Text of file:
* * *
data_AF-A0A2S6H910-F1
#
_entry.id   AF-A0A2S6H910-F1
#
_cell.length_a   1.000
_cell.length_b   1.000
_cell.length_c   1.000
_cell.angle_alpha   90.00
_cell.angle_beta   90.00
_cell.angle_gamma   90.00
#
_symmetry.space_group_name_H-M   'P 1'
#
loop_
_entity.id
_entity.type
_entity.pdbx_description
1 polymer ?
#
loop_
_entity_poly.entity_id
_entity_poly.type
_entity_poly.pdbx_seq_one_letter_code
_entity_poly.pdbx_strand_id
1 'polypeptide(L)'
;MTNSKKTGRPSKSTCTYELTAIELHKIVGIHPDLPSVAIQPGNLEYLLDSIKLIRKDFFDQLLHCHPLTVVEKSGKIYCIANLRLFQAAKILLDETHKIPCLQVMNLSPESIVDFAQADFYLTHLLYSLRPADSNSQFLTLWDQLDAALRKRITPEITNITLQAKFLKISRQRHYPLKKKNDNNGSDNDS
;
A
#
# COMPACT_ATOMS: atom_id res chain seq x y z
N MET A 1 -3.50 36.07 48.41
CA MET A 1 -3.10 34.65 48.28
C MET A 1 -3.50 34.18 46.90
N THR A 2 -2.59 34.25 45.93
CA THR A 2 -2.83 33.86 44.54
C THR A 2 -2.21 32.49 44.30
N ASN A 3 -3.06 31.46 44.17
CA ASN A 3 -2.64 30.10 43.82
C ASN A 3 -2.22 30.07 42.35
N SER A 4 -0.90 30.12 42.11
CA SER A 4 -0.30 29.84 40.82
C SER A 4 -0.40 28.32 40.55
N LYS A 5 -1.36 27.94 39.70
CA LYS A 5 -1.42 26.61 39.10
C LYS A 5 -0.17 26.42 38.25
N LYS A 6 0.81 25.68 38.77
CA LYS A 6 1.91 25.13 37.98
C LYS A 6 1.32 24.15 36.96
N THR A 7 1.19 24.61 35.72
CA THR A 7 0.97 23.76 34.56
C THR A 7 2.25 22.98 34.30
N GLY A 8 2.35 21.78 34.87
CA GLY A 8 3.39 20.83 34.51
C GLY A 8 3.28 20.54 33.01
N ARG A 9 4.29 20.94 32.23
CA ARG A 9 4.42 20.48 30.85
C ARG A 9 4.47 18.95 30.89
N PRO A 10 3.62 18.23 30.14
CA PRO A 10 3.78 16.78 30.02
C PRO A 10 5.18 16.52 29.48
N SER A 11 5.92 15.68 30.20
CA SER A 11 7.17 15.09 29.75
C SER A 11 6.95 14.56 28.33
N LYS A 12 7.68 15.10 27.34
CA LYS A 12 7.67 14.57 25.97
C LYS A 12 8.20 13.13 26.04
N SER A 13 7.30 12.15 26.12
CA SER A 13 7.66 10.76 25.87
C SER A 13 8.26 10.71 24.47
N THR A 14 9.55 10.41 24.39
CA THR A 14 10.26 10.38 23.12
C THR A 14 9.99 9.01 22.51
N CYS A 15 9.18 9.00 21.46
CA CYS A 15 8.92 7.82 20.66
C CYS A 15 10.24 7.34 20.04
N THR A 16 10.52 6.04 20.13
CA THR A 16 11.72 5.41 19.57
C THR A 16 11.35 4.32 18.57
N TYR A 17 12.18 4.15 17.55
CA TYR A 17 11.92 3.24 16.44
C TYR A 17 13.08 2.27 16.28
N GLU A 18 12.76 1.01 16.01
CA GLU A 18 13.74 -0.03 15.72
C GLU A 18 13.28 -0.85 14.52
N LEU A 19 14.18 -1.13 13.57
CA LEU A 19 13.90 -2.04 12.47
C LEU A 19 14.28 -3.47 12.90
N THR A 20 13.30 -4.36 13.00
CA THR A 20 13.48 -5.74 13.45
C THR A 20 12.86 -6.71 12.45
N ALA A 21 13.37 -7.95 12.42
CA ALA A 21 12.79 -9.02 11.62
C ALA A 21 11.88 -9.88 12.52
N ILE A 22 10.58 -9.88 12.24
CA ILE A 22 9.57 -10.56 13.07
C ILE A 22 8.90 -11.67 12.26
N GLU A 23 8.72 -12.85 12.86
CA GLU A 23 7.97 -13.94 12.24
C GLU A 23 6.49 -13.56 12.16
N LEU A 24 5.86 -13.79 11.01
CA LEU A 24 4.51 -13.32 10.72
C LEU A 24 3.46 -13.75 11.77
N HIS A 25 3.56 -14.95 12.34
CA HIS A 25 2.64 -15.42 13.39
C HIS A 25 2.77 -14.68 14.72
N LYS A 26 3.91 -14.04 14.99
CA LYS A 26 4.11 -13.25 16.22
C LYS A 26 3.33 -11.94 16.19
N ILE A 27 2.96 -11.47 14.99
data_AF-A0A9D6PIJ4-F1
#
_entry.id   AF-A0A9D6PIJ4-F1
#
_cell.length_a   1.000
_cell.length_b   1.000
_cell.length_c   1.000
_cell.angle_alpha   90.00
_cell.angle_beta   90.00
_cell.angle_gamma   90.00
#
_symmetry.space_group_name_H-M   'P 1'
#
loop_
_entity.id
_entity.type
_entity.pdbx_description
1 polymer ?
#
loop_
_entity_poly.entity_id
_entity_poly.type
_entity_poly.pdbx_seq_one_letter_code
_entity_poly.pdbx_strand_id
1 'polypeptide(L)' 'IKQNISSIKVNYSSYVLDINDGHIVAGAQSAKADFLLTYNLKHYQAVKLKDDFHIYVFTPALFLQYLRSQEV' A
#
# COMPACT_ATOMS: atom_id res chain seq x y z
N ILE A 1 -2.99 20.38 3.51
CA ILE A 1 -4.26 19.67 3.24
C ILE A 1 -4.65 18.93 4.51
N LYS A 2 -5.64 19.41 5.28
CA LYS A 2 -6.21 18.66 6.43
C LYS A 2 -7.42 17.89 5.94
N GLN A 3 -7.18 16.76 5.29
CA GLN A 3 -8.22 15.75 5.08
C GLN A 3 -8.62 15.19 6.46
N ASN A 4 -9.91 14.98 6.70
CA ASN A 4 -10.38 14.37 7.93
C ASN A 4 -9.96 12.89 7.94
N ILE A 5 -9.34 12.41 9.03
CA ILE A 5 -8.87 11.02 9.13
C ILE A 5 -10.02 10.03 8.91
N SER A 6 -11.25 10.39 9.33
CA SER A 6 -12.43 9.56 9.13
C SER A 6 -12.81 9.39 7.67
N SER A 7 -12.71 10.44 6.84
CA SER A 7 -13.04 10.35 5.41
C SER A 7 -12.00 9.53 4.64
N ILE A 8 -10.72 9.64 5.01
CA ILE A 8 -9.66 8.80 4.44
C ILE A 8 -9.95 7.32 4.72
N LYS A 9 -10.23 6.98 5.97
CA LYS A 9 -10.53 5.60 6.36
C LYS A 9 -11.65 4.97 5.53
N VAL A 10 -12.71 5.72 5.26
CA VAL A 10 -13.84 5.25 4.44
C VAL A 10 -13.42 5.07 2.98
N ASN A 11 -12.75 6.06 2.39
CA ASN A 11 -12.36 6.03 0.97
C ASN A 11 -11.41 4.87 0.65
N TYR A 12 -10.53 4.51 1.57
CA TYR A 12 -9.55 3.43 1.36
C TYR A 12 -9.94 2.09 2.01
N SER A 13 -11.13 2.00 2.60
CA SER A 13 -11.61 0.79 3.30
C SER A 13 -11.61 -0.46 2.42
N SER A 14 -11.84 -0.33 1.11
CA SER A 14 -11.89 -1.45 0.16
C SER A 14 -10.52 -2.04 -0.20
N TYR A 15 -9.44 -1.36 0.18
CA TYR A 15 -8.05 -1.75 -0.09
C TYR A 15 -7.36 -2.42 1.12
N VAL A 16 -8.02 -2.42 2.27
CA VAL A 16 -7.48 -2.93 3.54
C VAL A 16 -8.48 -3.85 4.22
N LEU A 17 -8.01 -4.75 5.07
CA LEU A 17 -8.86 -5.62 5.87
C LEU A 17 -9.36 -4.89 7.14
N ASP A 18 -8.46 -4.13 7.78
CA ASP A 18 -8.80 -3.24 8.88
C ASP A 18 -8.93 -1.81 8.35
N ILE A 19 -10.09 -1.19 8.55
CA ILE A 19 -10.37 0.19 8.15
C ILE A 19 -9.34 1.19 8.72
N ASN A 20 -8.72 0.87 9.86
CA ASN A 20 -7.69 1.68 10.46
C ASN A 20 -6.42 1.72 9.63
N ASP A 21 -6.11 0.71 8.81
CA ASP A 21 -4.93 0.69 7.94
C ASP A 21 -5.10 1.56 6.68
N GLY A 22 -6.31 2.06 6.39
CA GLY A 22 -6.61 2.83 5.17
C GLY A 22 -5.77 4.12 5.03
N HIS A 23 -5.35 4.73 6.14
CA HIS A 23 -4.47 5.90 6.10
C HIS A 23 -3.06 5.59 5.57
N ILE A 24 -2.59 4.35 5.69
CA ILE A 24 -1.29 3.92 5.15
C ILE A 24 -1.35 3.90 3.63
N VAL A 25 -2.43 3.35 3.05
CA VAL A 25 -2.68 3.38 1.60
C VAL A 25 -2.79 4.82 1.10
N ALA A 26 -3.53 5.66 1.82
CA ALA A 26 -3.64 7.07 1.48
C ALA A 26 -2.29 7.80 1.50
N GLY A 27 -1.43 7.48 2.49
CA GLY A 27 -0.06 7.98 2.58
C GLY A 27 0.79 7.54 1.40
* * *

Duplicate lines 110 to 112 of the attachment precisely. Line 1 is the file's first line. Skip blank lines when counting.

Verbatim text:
data_AF-A0A9D6PIJ4-F1
#
_entry.id   AF-A0A9D6PIJ4-F1